When former U.S. President Donald Trump labeled the coronavirus “the Chinese virus,” he stoked the flames of a dark byproduct of the Covid-19 pandemic: a rising wave of anti-Asian hate.
The slur blames particular places and ethnic communities for containing and spreading illness, which “harkens back to the early anti-Asian sentiment that characterized people from China as diseased,” as explained in a new publication by Committee of 100.
The 15-page handbook, titled the “Anti-Hate Glossary,” seeks to combat this rise in racism through education. Containing approximately 30 entries, it endeavors to raise awareness of racist or inappropriate language that can cause harm to the Asian community.
According to its website, the non-partisan leadership organization behind the publication aims to facilitate understanding between China and the U.S. by building constructive relations among Chinese and American communities.
The list is broken into three categories: Yellow Peril-related stereotypes, model minority tropes, and gendered stereotypes.
Cover of the glossary
Elizabeth Kerr, who coordinated the research, said in the virtual event introducing the glossary that it serves to bring awareness to the challenges faced by Chinese Americans, Asian Americans, and Pacific Islanders.
“Language is something we all use every day,” says Kerr. “We see [the glossary] as an accessible frame to share the experiences of Chinese Americans in a way that everyone can understand, appreciate, and, most importantly, remember.”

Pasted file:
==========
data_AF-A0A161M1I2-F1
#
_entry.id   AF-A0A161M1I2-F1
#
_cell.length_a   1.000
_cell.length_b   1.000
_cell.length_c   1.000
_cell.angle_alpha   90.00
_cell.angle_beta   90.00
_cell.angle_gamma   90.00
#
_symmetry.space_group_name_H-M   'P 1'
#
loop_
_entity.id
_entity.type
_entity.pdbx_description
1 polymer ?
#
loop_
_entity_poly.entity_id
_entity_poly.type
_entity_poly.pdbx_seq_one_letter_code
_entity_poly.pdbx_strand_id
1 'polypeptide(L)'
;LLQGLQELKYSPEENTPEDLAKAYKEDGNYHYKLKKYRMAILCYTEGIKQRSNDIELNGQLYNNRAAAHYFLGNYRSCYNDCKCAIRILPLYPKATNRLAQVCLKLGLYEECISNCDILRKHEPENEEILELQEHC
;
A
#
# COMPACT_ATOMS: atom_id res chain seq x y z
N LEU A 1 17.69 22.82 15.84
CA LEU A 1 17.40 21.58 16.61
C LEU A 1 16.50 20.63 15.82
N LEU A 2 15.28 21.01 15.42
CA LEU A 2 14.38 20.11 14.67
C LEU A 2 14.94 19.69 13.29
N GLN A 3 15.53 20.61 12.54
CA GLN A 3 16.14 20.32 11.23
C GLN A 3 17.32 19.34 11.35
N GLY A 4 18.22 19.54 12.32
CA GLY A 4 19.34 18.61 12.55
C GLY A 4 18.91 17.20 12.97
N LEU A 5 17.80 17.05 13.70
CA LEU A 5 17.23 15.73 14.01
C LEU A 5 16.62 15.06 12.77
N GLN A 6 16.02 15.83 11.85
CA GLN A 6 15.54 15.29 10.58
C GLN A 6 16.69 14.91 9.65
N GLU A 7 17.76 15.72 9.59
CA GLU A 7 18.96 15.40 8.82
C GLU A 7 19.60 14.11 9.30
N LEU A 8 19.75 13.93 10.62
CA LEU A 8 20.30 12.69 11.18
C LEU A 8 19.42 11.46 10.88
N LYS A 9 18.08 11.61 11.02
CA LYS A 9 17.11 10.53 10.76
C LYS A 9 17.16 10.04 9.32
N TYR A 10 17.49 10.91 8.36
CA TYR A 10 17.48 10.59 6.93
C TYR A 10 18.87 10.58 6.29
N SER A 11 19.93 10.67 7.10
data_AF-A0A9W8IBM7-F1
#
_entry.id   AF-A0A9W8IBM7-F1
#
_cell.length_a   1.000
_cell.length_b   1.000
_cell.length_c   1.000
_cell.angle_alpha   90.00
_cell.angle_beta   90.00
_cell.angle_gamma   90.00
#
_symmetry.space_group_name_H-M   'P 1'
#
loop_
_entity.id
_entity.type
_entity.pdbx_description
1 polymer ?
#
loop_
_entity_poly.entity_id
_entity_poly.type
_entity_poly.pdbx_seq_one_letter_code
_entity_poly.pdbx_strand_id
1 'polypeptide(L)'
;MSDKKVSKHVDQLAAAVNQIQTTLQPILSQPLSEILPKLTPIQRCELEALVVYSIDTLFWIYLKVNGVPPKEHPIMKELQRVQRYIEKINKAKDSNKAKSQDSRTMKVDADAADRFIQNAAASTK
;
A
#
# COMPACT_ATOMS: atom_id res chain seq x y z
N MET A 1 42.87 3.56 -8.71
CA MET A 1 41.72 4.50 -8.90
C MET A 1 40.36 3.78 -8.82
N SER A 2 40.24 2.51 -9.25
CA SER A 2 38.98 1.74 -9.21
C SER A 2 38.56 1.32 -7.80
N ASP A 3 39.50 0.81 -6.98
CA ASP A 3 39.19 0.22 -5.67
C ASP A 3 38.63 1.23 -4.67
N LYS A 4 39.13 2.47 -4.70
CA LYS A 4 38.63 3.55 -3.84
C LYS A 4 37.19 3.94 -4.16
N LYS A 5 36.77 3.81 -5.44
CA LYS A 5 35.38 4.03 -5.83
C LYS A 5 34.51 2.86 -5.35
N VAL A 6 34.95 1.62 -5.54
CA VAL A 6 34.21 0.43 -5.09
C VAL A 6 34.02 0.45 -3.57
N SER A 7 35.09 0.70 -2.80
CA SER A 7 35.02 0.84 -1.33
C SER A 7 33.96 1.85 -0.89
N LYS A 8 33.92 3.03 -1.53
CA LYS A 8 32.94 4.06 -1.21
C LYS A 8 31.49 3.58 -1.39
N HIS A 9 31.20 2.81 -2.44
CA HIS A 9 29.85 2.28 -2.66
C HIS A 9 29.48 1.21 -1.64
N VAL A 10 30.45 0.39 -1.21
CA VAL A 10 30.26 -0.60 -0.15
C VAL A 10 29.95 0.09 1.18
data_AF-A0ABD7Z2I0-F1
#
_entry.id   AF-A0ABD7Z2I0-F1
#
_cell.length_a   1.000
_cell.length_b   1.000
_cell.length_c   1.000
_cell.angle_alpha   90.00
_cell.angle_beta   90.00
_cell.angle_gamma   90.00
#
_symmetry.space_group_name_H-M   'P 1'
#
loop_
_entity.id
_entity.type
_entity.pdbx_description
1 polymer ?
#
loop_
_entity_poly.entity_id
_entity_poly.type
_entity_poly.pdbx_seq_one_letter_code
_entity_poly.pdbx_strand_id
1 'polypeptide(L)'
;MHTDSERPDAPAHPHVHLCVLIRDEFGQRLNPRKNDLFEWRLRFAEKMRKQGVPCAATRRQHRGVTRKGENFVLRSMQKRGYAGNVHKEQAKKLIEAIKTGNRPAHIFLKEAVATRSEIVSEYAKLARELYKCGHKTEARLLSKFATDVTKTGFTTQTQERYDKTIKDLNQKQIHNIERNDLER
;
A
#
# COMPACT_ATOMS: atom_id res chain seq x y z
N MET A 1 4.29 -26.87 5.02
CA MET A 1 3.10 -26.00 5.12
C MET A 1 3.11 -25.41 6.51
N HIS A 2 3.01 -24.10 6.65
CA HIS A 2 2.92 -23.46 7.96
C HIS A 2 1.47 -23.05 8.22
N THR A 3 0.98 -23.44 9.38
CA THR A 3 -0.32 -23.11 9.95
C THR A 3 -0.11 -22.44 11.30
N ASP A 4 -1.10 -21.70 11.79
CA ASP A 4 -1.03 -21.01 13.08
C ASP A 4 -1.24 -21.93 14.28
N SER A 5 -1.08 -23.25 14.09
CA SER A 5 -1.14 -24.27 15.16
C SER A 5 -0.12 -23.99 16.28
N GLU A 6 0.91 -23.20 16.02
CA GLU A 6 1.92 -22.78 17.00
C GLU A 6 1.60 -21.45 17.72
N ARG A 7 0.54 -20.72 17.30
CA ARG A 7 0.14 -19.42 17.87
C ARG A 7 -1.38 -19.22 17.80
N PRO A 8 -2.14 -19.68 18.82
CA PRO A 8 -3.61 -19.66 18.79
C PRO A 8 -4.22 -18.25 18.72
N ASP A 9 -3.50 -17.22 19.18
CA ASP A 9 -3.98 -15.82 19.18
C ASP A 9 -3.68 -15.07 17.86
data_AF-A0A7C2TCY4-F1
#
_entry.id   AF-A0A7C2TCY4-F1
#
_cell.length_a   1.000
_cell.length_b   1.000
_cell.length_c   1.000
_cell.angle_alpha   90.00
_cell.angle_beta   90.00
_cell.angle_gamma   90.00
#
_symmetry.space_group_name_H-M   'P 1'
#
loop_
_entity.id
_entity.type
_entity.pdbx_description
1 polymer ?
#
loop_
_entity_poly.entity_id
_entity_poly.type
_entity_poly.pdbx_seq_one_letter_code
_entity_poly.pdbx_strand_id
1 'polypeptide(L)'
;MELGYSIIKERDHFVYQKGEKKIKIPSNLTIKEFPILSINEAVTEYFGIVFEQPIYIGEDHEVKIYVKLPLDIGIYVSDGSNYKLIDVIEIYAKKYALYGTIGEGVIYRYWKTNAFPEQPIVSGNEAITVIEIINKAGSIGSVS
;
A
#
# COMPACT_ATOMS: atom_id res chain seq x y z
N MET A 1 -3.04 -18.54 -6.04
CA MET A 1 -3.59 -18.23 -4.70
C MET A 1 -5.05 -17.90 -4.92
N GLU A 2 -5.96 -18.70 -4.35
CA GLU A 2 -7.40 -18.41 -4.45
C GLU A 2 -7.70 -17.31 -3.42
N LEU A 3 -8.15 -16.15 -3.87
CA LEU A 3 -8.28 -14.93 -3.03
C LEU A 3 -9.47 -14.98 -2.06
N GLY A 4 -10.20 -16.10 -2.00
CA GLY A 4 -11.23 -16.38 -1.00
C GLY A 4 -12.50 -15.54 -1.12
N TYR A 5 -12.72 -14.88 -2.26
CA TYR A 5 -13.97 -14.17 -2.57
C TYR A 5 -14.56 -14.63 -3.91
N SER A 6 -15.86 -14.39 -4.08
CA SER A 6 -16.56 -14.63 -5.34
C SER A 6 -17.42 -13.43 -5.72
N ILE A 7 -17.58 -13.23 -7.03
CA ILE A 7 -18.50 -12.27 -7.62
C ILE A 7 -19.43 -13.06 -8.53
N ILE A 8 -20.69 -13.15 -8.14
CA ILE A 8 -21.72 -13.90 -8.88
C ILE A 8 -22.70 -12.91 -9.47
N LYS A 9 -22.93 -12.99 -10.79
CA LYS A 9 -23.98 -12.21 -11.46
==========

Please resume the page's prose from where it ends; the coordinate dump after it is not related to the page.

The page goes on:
Ranging from old derogatory terms such as ‘Zipperhead’ and ‘Fu Manchu’ to the more recent labels like ‘Kung Flu,’ the entries not only contain definitions but unfold the reasons why these terms are problematic.
“Seeing tropes or using and hearing words that speak ill of Chinese Americans and the AAPI community isn’t new,” the communication director of Committee of 100, Charles Zinkowski, tells RADII.
In the book Raciolinguistics: How Language Shapes Our Ideas About Race, linguistic scholars emphasize how language plays a critical role in shaping our perception of race and identity.
Recent research conducted by the Center for the Study of Hate and Extremism indicates anti-Asian hate crimes in the U.S. rose by 339% from 2020 to 2021, as NBC News reported.
“The racist and xenophobic language that has been used to describe Chinese Americans has no doubt contributed to the rise in violence and hatred directed at the AAPI community we have seen in just the past few years alone,” says Zinkowski.
“Pushing back against systemic bias is a real, ongoing battle for Chinese Americans, but a lot of Americans may not understand why certain terms are hurtful and dangerous,” Zhengyu Huang, president of the organization, notes in a press release.
An example of one entry from the glossary
Understanding how language shapes our perceptions of race and contributes to the negative experiences of minorities in the Western world has never been more important — it’s a battle we all need to fight. Because, as legendary writer George Orwell once plainly wrote: “If thought corrupts language, language can also corrupt thought.”
The full version of the glossary can be viewed here.
Cover image via Depositphotos
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